Shade and Wind Barrier Effects on Summertime Feedlot Cattle Performance

  • Mader T
  • Dahlquist J
  • Hahn G
 et al. 
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In each of three summertime trials conducted over consecutive years, approximately 110 predominantly black and black-white-face steers were blocked by weight and randomly allotted to one of 16 pens in a 2x2 factorial arrangement of treatments. Factors consisted of cattle being fed in facilities with or without wind barriers and with or without shade. Steers were fed dry-rolled corn-based diets (1.43 Mcal/ kg, NEg). Mean starting date and days on feed were June 26 and 79, respectively. In unshaded areas, temperature and humidity averaged 21.6 degrees C and 77.9%, and the blackglobe-humidity index (BGHI) at 1500 averaged between 84.0 and 89.1. Each of four 6.1-x6.1-m structures (mean height = 3.4 m) with white steel roofs provided shade (2.65 m2/steer) for two pens. In facilities with wind barriers provided, airflow was reduced from the north and northwest by a 25-m-wide shelterbelt containing six rows of trees. For cattle fed in pens with wind barriers, shade increased (P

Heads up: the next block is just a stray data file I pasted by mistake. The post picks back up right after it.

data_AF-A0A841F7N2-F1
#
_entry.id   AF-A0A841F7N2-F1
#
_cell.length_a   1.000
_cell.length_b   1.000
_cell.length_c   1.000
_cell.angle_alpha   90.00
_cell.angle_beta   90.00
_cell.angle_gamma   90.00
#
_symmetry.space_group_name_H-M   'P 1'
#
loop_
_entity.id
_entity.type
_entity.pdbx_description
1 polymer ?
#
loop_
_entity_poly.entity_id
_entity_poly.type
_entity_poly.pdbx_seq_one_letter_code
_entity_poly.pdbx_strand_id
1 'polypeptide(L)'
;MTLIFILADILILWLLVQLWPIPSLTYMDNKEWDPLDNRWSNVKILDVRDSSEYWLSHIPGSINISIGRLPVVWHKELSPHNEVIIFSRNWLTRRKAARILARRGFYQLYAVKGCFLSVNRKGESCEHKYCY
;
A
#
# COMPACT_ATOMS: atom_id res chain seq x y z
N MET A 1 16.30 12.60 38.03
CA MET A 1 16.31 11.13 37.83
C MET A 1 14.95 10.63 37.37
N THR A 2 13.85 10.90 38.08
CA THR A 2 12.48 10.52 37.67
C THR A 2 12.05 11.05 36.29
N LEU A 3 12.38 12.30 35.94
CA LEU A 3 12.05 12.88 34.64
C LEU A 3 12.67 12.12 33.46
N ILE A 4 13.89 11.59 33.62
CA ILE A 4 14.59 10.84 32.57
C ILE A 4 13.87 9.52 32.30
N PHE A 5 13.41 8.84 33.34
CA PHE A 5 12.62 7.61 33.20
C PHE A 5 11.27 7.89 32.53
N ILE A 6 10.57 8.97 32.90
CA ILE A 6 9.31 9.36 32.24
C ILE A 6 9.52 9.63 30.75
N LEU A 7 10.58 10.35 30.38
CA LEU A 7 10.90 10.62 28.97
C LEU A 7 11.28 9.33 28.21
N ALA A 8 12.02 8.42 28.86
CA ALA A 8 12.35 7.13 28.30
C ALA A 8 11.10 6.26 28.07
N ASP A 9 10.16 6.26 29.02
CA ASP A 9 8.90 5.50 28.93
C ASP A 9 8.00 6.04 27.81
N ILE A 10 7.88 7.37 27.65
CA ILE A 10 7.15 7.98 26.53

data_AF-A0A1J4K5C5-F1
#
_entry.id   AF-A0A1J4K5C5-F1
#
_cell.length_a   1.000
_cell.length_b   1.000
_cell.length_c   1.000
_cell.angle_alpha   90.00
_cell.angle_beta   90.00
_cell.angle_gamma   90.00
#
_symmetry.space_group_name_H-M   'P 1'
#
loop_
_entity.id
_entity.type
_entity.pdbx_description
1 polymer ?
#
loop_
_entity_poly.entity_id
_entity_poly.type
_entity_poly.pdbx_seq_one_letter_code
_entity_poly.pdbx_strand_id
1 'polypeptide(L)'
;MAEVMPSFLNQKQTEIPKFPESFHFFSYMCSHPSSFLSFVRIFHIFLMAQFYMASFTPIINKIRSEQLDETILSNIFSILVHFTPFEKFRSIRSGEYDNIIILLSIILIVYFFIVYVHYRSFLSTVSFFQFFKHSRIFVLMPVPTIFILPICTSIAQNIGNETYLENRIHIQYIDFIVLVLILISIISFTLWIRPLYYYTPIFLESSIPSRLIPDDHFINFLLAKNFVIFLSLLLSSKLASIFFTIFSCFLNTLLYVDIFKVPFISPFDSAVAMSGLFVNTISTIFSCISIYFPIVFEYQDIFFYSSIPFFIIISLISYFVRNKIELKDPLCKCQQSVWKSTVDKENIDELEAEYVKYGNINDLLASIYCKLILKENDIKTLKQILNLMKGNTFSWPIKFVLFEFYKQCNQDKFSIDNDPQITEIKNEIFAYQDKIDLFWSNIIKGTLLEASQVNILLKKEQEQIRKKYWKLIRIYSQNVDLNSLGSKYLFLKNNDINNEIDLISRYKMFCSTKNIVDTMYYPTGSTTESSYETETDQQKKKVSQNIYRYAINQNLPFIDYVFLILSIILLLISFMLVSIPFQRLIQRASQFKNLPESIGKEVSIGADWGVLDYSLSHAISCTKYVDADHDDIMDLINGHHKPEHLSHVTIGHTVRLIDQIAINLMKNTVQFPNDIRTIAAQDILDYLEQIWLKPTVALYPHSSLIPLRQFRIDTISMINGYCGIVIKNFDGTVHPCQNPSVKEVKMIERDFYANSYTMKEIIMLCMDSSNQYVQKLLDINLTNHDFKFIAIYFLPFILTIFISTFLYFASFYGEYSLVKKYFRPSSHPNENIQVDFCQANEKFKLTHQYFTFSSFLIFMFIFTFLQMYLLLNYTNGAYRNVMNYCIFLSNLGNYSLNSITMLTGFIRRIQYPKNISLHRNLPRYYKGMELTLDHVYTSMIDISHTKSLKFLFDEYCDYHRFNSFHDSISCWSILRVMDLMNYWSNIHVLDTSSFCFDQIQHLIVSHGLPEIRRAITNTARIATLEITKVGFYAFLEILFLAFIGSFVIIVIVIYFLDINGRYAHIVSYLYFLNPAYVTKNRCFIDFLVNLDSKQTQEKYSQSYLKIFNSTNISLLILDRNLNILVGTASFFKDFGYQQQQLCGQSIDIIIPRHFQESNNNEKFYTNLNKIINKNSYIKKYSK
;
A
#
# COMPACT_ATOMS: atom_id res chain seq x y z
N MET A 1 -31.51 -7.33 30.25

Author-supplied keywords

  • Environment
  • Feedlots
  • Shade
  • Steers
  • Summer
  • Wind Protection

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  • T. L. Mader

  • J. M. Dahlquist

  • G. L. Hahn

  • J. B. Gaughan

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